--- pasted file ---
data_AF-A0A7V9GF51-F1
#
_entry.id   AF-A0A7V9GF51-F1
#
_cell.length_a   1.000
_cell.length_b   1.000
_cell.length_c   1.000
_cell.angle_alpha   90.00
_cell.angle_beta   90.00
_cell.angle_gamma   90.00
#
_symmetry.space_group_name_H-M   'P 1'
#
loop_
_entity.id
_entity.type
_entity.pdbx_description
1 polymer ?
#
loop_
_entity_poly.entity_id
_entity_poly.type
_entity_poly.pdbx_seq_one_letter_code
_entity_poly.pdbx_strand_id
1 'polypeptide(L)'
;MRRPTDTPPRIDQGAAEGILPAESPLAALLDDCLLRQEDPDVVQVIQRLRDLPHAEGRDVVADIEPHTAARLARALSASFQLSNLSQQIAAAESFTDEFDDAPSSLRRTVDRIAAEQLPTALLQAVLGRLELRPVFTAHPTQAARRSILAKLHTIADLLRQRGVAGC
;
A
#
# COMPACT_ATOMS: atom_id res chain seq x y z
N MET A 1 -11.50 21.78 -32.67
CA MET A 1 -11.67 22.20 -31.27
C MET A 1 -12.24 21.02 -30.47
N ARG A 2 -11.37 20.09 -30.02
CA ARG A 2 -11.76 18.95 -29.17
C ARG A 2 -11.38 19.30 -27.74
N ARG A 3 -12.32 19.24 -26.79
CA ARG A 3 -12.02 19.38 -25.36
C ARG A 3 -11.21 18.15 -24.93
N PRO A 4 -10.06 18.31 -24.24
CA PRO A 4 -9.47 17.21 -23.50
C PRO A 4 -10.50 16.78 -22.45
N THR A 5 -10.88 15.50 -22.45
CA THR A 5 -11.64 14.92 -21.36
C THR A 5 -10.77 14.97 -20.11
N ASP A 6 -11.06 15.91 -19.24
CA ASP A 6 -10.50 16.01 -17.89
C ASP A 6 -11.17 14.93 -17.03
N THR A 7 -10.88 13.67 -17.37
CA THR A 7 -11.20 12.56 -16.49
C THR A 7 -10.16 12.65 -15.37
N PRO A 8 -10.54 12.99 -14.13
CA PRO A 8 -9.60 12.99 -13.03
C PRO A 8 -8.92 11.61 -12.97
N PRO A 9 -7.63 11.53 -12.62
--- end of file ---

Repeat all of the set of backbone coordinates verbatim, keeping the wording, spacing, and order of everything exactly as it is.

data_AF-A0A7V9GF51-F1
#
_entry.id   AF-A0A7V9GF51-F1
#
_cell.length_a   1.000
_cell.length_b   1.000
_cell.length_c   1.000
_cell.angle_alpha   90.00
_cell.angle_beta   90.00
_cell.angle_gamma   90.00
#
_symmetry.space_group_name_H-M   'P 1'
#
loop_
_entity.id
_entity.type
_entity.pdbx_description
1 polymer ?
#
loop_
_entity_poly.entity_id
_entity_poly.type
_entity_poly.pdbx_seq_one_letter_code
_entity_poly.pdbx_strand_id
1 'polypeptide(L)'
;MRRPTDTPPRIDQGAAEGILPAESPLAALLDDCLLRQEDPDVVQVIQRLRDLPHAEGRDVVADIEPHTAARLARALSASFQLSNLSQQIAAAESFTDEFDDAPSSLRRTVDRIAAEQLPTALLQAVLGRLELRPVFTAHPTQAARRSILAKLHTIADLLRQRGVAGC
;
A
#
# COMPACT_ATOMS: atom_id res chain seq x y z
N MET A 1 -11.50 21.78 -32.67
CA MET A 1 -11.67 22.20 -31.27
C MET A 1 -12.24 21.02 -30.47
N ARG A 2 -11.37 20.09 -30.02
CA ARG A 2 -11.76 18.95 -29.17
C ARG A 2 -11.38 19.30 -27.74
N ARG A 3 -12.32 19.24 -26.79
CA ARG A 3 -12.02 19.38 -25.36
C ARG A 3 -11.21 18.15 -24.93
N PRO A 4 -10.06 18.31 -24.24
CA PRO A 4 -9.47 17.21 -23.50
C PRO A 4 -10.50 16.78 -22.45
N THR A 5 -10.88 15.50 -22.45
CA THR A 5 -11.64 14.92 -21.36
C THR A 5 -10.77 14.97 -20.11
N ASP A 6 -11.06 15.91 -19.24
CA ASP A 6 -10.50 16.01 -17.89
C ASP A 6 -11.17 14.93 -17.03
N THR A 7 -10.88 13.67 -17.37
CA THR A 7 -11.20 12.56 -16.49
C THR A 7 -10.16 12.65 -15.37
N PRO A 8 -10.54 12.99 -14.13
CA PRO A 8 -9.60 12.99 -13.03
C PRO A 8 -8.92 11.61 -12.97
N PRO A 9 -7.63 11.53 -12.62